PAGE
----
The sheriffs in Richmond, Aiken and Edgefield counties have easily won re-election to another term.
In early returns, Richmond County Sheriff Richard Roundtree was easily outpacing his opponent Brian McDuffie, the ex-deputy who took on the boss who fired him for excessive force several years ago,
In Aiken County, Sheriff Mike Hunt appeared to be the hands-down favorite to win yet another term, defeating challenger Henry “Hank” Sims.
Edgefield County results were showing an lopsided win for Sheriff Adell Dobey over challenger Michael Raffield.
Celebrating at the Legends Club on Washington Road with a small group of friends and supporters, Sheriff Roundtree said the results are a validation of what he did four years ago.
“We feel like we swayed a lot of people who didn’t support us last time,” Roundtree said. “I think it’s a great statement moving forward for the next four years in Richmond County”
After one term in office, Roundtree had a lot to brag on during his low-key re-election campaign, including a drop in major crimes and the agency receiving both state and national accreditation.
McDuffie had promised to have a more efficient agency that made employee retention a priority. He pledged to provide more opportunities and increase staff salaries as well as re-structure the agency from the top down by merging and dissolving some non-field operation positions.
After the loss, McDuffie said his fight was not over. “Even though we have lost this battle…the war is far from over,” he said. “There are those of us out here that will still continue to fight for transparency and against corruption.”
In Aiken County, there was never any signs of a serious challenge from Sims, a veteran law enforcement officer. He never gained any traction or much media attention in his effort to unseat the incumbent sheriff. Sims is currently assistant police chief of Batesburg-Leesville Police Department.
In a recent Facebook post, Sims made an issue of Aiken County paying out over $400,000 in civil suits. “It’s clear that we need changes in law enforcement,” he said in a post that got just three comments and 10 likes.
After the results were in, Sims said he ran an exhaustive campaign and got his message out, but the voters were not moved.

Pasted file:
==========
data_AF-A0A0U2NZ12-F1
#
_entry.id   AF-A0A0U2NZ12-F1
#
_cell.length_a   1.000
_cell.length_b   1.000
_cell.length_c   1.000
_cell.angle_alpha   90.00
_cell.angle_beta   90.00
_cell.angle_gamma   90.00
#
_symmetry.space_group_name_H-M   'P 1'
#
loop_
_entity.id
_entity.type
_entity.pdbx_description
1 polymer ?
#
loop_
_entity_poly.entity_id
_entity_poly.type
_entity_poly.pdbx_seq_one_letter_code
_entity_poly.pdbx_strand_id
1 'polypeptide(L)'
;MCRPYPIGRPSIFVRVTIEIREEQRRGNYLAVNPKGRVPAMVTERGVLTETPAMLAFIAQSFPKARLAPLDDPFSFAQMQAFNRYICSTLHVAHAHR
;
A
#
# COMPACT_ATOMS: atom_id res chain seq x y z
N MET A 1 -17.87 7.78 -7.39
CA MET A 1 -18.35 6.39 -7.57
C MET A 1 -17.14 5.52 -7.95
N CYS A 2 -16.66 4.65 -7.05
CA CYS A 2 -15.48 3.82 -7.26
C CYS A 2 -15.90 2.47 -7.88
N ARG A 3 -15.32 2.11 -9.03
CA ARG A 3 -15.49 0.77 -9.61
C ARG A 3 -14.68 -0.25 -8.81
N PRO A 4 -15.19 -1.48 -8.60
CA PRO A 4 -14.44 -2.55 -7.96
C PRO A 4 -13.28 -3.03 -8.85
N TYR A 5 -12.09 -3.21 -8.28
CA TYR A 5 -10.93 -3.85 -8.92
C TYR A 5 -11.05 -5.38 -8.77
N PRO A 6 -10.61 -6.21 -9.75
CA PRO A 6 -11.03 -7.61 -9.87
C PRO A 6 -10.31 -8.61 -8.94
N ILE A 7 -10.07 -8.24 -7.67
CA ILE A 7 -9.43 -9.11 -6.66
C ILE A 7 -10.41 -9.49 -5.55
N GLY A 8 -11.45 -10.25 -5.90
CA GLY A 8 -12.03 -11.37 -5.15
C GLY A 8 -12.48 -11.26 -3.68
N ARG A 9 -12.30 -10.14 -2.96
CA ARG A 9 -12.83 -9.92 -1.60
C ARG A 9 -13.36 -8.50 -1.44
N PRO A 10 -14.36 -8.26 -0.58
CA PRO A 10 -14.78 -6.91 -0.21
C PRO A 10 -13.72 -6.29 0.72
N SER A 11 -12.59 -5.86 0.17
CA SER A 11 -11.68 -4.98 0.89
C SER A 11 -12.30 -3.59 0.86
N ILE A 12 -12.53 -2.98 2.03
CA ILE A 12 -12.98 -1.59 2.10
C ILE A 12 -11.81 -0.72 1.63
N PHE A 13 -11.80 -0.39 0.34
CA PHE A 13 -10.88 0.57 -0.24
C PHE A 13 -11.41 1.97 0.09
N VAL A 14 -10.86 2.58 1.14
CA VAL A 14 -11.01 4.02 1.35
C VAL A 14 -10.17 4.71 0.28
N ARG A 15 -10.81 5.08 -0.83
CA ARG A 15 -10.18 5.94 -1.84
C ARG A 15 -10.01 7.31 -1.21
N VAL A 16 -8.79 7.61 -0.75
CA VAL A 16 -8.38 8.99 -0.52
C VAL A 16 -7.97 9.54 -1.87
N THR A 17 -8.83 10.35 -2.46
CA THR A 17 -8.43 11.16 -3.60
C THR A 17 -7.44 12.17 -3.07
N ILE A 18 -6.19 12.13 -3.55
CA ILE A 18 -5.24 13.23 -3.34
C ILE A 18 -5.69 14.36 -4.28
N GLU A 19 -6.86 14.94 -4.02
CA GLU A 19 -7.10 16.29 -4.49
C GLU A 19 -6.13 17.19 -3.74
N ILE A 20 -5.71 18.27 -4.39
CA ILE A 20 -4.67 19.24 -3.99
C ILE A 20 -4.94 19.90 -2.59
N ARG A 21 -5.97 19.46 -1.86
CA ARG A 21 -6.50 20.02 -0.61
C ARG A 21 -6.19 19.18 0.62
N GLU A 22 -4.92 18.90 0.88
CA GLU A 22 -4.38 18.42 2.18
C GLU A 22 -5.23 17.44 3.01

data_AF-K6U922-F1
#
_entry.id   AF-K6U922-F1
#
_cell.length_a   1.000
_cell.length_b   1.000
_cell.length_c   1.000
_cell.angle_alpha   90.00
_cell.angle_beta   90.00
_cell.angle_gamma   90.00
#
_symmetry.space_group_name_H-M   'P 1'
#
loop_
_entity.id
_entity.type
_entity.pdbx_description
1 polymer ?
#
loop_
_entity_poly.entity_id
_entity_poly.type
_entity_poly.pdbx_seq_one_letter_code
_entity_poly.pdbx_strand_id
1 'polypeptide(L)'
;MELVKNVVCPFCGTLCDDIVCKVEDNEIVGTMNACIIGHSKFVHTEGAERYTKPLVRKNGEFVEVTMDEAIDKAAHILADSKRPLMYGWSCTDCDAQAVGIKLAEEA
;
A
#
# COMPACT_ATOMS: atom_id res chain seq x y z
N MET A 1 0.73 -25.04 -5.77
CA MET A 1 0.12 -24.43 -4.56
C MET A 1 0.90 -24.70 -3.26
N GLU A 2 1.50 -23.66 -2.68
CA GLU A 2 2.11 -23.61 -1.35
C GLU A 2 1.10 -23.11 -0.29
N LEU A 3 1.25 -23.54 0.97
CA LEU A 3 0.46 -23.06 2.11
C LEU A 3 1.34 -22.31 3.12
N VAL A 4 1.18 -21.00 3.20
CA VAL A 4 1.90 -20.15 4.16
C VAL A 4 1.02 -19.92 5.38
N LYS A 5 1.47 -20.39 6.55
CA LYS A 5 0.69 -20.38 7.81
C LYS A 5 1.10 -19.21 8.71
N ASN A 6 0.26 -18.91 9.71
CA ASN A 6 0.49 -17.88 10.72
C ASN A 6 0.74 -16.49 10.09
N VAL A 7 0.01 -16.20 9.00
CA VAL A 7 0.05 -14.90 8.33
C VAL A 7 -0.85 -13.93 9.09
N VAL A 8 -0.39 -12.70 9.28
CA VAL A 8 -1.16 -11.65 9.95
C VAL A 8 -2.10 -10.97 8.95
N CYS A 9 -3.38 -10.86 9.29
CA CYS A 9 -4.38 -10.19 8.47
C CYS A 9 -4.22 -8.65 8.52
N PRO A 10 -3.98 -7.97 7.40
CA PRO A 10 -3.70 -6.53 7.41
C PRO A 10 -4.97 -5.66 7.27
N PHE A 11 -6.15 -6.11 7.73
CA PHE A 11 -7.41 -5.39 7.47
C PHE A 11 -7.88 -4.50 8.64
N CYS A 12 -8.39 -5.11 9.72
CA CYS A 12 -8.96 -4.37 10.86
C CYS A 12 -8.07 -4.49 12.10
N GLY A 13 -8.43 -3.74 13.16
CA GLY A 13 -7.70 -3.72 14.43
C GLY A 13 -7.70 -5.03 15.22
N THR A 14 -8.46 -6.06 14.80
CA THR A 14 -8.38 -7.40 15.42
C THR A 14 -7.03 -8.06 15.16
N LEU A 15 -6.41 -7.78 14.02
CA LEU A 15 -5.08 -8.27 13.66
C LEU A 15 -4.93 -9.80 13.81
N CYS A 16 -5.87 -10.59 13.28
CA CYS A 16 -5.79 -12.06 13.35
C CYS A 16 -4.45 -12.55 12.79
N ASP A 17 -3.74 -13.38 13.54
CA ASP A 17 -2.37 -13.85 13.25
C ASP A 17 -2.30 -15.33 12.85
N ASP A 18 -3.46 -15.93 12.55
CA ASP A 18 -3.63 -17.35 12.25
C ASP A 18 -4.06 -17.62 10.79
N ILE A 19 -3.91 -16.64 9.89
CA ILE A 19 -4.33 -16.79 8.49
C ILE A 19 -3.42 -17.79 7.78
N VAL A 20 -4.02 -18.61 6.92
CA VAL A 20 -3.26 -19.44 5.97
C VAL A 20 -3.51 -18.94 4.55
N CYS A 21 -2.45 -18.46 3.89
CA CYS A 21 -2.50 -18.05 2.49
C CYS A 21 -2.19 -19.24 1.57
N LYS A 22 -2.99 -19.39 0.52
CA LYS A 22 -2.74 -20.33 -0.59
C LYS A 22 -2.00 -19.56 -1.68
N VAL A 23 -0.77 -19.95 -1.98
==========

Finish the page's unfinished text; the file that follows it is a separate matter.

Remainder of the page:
“The people have spoken: No change. They are satisfied with what they got,” Sims said, adding that he will continue to work in law enforcement.
Sheriff Hunt did not return phone messages seeking comment.
In Edgefield County, Sheriff Dobey declined all debates with Raffield. That didn’t matter to voters, who didn’t seem willing to unseat a sheriff that had performed the job sufficiently.
Raffield, a veteran lawman and former officer for Edgefield County, made several local appearances and pointed out that Dobey had pledged to form a Community Advisory Board, which he did not.
Statement from Raffield: “I would like to thank the residents of Edgefield County for the opportunity to run for Sheriff. Thank you to all those who supported us, worked tirelessly to the campaign & voted. Congrats to Sheriff Dobey & his supporters in their victory. I look forward to trying to take another bite at the apple in four years.”
Full Statement from Brian McDuffie: “I want to thank all of those that have assisted with the campaign and voted for us. I also want to thank those that came out and shown your support. I state to all citizens of Richmond County that even though we have lost this battle…the war is far from over. There are those of us out here that will still continue to fight for transparency and against corruption. We pray for all citizens of Richmond County and all deputies of the Richmond County Sheriff’s Office in the coming year. We will be seen again as we will never give up on this community.